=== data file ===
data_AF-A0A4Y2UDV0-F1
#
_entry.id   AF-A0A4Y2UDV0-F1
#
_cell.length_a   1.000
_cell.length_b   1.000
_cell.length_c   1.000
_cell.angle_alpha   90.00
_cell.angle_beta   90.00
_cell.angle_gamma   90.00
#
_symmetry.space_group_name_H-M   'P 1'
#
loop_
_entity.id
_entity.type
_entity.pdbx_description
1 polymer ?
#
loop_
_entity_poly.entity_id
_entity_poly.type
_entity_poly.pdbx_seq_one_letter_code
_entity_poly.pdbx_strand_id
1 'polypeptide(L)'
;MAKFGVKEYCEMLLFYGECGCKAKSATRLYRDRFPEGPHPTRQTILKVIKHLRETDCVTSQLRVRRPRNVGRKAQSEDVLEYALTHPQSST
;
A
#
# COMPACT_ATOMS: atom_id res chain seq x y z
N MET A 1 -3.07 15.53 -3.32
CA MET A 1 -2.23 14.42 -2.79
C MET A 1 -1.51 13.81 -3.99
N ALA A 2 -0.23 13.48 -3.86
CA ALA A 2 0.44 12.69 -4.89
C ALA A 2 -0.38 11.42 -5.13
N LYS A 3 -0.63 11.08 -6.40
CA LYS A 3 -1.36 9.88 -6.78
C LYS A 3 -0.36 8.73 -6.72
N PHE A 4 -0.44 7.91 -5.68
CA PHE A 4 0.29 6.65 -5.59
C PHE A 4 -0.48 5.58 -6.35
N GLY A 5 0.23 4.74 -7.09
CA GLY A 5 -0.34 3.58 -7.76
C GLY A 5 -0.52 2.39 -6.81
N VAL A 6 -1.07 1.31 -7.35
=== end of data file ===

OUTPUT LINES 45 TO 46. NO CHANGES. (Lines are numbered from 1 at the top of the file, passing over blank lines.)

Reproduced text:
C GLY A 5 -0.52 2.39 -6.81
N VAL A 6 -1.07 1.31 -7.35